That’s the promise and mostly the execution of this Spanish film The Tavern. What begins as a ensemble cast bewildered by the events taking place mere feet away from them, turns to an all-out paranoia bonanza because tempers flare, suspicions rage, and violence begets violence.
It is mostly great. Things get weird until you know may be unfolding, and the pacing requires the proper time. Only in the final action does the film get unhinged, and not in a way that was great. The murky ethics and perplexing narrative, that make the film’s beginning so enjoyable, gets stripped down into a small disappointing climax. Still, The Tavern is a journey you’ll most likely wish to take.
Before writer/director Jon Watts produced the very well received blockbuster Spider-Man: Homecoming, he created a very creepy film named Clown.
Check this assumption: A realtor performs to the pleasure of everyone at his son’s birthday celebration and finds that a clown suit in a house he is sellingafter it’s around, he discovers the suit can’t be removed by him. Tell me that’s not creepy. I dare you.
What follows is a story of genuine terror, in which the main character learns what’s happened and what he starts to wish to do to other people.
This is a gut punch of a horror film, even though it has a few moments of goofiness. And how Watts shoot the film, in a style, makes the entire thing so much more compelling.
As that picture up there hints, XX is a anthology picture of four short films by four women writer/directors. And it is totally worth your time.
Much like Tales of Halloween, an assortment in this way contributes to some inconsistency. Two of these shorts are superb, and two of them are just pretty great. The law of averages says that you should watch this movie? Here, I’ll sweeten the offer.
The first short, titled “The Box” written and directed by Jovanka Vuckovic based off a story by Jack Ketchum, is complete stop among the most haunting and frightening horror stories I have seen in many decades. And it does it all with basically no gore and no violence. It plants a question from the watcher’s head and lets it fester, lets it take origin with is this veritable redwood screaming into the emptiness and extending out of your head.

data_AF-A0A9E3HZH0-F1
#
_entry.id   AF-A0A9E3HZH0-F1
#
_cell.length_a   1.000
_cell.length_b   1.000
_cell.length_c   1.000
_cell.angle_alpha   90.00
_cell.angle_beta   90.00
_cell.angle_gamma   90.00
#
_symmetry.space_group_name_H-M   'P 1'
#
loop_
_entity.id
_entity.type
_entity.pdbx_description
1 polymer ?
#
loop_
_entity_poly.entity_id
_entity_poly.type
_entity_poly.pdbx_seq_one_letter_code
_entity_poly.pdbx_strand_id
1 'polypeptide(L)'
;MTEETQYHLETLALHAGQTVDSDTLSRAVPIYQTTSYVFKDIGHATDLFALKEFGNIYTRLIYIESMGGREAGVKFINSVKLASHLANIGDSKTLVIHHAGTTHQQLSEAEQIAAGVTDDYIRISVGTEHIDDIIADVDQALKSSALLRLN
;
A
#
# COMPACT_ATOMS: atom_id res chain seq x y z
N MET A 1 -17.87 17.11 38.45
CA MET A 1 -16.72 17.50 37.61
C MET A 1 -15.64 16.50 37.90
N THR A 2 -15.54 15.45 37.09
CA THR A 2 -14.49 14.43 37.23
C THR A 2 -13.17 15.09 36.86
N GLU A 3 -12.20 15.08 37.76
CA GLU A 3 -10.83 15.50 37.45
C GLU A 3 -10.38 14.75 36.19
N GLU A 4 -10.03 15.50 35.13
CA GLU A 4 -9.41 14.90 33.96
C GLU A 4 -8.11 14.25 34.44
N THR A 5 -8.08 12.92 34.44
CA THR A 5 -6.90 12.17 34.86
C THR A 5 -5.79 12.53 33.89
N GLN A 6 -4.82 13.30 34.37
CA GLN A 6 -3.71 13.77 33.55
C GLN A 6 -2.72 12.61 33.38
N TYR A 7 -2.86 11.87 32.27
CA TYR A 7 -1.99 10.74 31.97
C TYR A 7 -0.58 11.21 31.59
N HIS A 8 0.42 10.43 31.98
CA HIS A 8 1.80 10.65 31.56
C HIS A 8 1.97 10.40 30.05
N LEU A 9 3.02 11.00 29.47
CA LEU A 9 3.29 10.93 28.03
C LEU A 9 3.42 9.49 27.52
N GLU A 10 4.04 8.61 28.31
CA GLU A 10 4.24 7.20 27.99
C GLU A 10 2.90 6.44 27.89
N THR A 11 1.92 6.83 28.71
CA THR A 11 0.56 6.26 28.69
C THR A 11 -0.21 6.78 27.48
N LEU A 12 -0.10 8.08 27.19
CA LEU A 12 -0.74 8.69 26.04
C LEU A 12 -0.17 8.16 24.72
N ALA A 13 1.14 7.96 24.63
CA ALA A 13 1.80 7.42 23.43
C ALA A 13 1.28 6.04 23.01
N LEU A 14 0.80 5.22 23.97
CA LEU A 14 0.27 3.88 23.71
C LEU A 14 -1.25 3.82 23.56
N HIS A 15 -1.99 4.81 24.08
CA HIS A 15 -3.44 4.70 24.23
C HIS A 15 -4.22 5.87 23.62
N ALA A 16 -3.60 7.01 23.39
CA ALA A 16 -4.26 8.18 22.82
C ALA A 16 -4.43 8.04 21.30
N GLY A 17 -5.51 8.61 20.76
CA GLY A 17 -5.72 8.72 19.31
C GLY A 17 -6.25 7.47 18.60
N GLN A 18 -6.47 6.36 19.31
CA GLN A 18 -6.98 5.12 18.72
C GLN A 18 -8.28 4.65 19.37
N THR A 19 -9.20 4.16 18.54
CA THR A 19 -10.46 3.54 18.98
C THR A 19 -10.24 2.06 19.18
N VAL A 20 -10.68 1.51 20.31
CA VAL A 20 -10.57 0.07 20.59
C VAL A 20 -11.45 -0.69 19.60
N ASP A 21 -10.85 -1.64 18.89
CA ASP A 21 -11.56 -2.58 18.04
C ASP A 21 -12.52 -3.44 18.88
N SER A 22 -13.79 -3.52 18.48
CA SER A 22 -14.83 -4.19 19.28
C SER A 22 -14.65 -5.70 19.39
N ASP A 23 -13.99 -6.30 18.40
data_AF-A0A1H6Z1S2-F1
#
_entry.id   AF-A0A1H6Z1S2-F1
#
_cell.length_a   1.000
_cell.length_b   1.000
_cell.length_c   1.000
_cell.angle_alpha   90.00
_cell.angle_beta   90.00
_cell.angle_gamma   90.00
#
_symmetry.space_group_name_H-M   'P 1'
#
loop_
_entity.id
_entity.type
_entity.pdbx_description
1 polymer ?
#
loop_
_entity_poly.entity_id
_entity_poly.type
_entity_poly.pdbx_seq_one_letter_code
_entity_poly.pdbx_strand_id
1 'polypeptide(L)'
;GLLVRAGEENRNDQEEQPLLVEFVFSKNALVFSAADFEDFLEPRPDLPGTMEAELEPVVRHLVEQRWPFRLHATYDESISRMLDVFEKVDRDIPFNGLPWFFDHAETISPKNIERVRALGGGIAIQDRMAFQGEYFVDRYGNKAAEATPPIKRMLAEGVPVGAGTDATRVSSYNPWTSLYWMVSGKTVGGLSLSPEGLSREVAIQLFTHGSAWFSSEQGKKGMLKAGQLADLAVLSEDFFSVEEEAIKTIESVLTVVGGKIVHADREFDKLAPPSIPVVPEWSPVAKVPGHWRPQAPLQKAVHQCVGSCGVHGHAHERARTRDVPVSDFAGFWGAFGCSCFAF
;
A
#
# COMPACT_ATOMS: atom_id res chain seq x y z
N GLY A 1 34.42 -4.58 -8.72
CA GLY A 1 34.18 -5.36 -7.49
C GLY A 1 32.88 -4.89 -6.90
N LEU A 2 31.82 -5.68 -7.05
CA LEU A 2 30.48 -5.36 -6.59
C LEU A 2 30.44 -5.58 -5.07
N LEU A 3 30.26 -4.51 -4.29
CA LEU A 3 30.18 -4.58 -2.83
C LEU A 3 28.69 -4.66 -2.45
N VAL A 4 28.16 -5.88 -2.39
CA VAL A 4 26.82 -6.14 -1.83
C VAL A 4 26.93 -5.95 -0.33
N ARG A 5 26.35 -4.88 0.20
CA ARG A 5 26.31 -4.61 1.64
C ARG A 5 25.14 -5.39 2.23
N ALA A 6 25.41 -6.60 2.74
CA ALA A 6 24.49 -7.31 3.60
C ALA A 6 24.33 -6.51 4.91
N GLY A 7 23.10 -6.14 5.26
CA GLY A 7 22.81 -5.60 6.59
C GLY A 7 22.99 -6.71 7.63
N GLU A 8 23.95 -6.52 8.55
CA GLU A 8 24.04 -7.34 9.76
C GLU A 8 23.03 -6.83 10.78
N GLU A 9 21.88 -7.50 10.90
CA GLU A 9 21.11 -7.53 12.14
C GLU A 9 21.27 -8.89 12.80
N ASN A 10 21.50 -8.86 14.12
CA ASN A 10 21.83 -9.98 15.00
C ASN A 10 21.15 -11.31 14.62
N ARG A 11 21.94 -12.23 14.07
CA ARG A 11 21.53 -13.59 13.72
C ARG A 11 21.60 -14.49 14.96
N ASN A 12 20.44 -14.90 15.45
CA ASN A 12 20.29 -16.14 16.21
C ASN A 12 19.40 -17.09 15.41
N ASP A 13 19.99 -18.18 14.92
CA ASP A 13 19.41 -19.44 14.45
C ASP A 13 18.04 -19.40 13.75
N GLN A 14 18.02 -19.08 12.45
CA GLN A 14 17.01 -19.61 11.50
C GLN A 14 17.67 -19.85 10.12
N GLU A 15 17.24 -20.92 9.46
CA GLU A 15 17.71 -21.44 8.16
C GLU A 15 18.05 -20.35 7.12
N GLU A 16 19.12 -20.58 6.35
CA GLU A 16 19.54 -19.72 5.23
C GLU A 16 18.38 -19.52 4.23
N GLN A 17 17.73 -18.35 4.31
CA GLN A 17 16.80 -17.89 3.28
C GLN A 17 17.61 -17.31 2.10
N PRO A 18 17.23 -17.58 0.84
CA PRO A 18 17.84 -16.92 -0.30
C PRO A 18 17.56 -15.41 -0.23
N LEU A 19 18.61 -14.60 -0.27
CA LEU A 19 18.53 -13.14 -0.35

The story is a culmination. Along with also the things that come between it also deserve to be seen. Go do this.
14. Dig Two Graves
And here we’ve got what is most likely the least scary film on this list, however I still assert that it should be watched by you.
Dig Two Graves is a ghost story, a resurrection story, and a making-deals-with-the-devil story all wrapped in a single lovingly shot film. When a small town girl promises to jump off a ledge to a quarry with her brother, reneges on the deal, and watches her brother sink without even coming up, things all about her take a turn. Slowly, but surely, she starts the (maybe metaphorical) procedure for selling her soul, while her troubled grandfather attempts to maneuver her towards an ethical ideal that remains super blurry.
And all you can do is see as this movie’s moral compass waxes and wanes and hope not to get swallowed by the flame.
Raw is one of the absolute best films of 2017, terror or otherwise (technically published abroad in 2016, but only made it stateside this year).
It follows an embarrassing girl, elevated strictly vegetarian, as she enters her first year in veterinary school. Included in this hazing process that was rough, she is made to eat meat. That small bit gives a taste for so much more to her.
Raw unspools in mad ways that you really never see coming. It is a story about family play, self-discovery, and also the limitations of self control. It is a hallucinatory film that makes you think that the character is dreaming, but no more, it’s all really happening. Such. A. Good. Movie.
I’m sure I didn’t get all of Netflix’s hidden terror gems on this listing. I’m only one person and I only have so many hours in one day. But if you’re a horror fan, I’m sure you’re going to locate something on this listing to creep you out this October.